GAO concerned about DOD gear on eBay
- By Michael Hardy
- Apr 10, 2008
Want to buy an antenna for an F-14 fighter jet? How about protective gear to guard wearers against exposure to nuclear, chemical or biological hazards?
Those items and more are often available through popular online secondhand stores that include eBay and Craigslist, according to the Government Accountability Office. In a study released today, GAO reported that much of the military gear available for sale was stolen from military bases or manufacturers and could be used by enemies of the United States.
Gregory Kutz, GAO's managing director of forensic audits and special investigations, released the findings in testimony before the House Oversight and Government Reform Committee's National Security and Foreign Affairs Subcommittee.
The Government Liquidation Web site is a contractor-run business that the Defense Logistics Agency uses to sell excess property. Sensitive military items for sale there are supposed to be demilitarized -- the term for removing sensitive or dangerous components -- before being sold, but GAO was able to buy some that had not been altered, Kutz said.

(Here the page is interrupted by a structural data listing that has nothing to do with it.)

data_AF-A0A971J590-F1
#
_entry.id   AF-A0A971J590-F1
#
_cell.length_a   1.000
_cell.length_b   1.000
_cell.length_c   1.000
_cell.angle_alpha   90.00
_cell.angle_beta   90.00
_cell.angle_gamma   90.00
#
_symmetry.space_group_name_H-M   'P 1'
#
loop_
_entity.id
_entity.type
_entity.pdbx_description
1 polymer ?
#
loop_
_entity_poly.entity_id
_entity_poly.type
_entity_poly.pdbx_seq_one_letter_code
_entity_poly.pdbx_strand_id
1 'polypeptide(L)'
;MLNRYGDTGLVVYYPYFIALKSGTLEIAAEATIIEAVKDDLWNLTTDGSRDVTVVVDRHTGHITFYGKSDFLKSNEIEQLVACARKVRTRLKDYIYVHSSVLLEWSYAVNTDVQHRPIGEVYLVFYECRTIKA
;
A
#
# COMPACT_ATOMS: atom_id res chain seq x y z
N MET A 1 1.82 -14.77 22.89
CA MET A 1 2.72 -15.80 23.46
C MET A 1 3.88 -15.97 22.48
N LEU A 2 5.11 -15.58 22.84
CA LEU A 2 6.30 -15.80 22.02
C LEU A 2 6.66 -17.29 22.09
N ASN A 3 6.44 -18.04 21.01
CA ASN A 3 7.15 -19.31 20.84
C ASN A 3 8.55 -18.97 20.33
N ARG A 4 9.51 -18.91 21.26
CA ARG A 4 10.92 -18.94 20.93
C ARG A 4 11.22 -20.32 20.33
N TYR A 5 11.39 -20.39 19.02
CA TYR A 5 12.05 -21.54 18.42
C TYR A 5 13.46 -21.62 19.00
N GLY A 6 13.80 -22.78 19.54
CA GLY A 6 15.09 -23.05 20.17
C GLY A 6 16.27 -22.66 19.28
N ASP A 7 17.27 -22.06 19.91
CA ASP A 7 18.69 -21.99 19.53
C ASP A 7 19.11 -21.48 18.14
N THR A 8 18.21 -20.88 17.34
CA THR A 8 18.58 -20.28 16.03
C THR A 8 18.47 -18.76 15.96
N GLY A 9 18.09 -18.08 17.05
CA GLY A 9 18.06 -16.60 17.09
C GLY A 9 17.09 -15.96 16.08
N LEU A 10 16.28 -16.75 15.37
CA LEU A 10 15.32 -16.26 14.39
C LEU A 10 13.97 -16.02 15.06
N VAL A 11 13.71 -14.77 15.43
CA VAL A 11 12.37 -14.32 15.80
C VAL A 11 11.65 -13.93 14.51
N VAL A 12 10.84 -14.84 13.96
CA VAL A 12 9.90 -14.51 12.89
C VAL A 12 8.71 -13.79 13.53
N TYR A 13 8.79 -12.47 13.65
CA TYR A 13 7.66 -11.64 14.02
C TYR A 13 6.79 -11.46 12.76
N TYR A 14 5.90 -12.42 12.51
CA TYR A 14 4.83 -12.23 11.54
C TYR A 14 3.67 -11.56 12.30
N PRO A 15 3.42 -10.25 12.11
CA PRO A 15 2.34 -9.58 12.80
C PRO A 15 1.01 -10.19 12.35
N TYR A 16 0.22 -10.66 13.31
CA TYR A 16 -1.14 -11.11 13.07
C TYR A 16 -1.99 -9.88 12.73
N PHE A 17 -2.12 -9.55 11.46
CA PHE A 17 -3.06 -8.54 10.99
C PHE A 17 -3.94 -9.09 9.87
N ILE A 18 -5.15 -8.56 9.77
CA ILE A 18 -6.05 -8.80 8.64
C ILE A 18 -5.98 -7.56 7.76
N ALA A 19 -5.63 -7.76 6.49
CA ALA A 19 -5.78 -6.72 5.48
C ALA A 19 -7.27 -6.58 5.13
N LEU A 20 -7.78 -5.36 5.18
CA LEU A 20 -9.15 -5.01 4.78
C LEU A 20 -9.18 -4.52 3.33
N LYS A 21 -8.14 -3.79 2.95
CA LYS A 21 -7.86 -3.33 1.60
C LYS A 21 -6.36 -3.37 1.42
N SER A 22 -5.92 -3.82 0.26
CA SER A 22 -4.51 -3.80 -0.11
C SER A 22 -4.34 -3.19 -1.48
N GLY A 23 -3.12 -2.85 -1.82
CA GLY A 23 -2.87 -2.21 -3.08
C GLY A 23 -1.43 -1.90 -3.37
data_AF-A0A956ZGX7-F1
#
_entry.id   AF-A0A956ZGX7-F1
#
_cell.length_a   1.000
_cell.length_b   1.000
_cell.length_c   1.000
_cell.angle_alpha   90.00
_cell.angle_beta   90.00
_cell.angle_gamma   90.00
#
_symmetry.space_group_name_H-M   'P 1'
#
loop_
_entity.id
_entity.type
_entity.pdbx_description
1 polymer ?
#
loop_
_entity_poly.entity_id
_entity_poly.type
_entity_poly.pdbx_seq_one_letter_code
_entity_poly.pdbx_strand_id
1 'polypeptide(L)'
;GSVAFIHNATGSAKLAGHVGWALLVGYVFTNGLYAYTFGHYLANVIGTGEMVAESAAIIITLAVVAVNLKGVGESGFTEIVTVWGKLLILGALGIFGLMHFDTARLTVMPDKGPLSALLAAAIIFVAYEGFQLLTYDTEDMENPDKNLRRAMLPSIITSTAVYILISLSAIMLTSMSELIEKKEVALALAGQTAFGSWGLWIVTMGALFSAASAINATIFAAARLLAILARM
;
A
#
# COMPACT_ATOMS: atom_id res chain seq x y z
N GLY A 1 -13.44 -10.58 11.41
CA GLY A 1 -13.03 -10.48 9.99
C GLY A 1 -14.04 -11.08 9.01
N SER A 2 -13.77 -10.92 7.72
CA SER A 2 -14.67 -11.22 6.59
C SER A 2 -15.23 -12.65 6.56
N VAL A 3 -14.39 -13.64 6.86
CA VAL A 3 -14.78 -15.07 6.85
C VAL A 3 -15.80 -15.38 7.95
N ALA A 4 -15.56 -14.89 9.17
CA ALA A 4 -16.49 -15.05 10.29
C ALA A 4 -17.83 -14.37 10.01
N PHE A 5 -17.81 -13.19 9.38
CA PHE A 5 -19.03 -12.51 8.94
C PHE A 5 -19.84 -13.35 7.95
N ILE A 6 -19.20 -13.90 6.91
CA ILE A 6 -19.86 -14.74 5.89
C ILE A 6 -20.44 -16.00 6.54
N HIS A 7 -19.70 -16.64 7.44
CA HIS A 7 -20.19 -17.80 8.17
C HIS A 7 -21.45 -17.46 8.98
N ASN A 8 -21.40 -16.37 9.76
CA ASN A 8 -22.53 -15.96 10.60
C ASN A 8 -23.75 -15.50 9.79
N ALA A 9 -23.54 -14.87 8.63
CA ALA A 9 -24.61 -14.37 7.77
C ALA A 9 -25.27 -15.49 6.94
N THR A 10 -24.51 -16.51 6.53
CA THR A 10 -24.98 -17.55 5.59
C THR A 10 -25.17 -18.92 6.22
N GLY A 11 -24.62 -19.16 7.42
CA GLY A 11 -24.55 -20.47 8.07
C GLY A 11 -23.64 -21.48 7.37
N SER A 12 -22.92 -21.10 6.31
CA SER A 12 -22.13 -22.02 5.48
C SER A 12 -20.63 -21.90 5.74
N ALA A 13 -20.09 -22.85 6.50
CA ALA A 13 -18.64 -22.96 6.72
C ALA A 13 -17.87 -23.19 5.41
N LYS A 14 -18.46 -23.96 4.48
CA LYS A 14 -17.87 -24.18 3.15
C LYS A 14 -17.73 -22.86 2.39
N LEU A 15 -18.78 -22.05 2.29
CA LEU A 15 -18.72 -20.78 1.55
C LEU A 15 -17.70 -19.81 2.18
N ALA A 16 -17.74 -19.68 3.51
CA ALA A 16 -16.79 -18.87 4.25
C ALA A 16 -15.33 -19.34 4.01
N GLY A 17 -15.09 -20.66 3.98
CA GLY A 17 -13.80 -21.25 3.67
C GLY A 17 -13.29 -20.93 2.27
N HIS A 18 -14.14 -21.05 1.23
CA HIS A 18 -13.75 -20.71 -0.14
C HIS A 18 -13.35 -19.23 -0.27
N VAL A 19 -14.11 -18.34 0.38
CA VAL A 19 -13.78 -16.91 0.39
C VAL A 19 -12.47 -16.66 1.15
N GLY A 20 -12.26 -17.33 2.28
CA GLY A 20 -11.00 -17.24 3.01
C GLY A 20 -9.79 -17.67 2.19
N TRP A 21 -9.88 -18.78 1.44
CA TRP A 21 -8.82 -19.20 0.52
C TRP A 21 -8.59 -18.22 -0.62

The market for such items includes military collectors and hobbyists, but there is also a risk that terrorists and illegal arms brokers could buy the stolen hardware, Kutz said.
The subcommittee had requested the investigation, which GAO conducted from January 2007 through March 2008, Kutz said. Among the items GAO investigators were able to buy from eBay or Craigslist were:
- F-14 components, which could be useful to Iran's military.
- Night-vision goggles, including a special military component that allows the users to differentiate between friendly forces and enemies in darkness. The component requires friendly forces to wear an infrared tag, which GAO investigators were also able to buy.
- Body armor vests.
- A U.S. Army combat uniform.
Both Web sites have policies that forbid the sale of stolen property, but only eBay specifically prohibits the sale of sensitive military equipment. Of the two, eBay is also the only one to post warnings about overseas sales and import controls, according to GAO.
Over the course of the probe, investigators bought 12 military items through eBay and Craigslist. The items were all shipped with no questions asked, and many proved to be stolen, Kutz said.
The sellers included active-duty military personnel, retired or reserve military members, and owners of military surplus stores, Kutz testified.
Technology journalist Michael Hardy is a former FCW editor.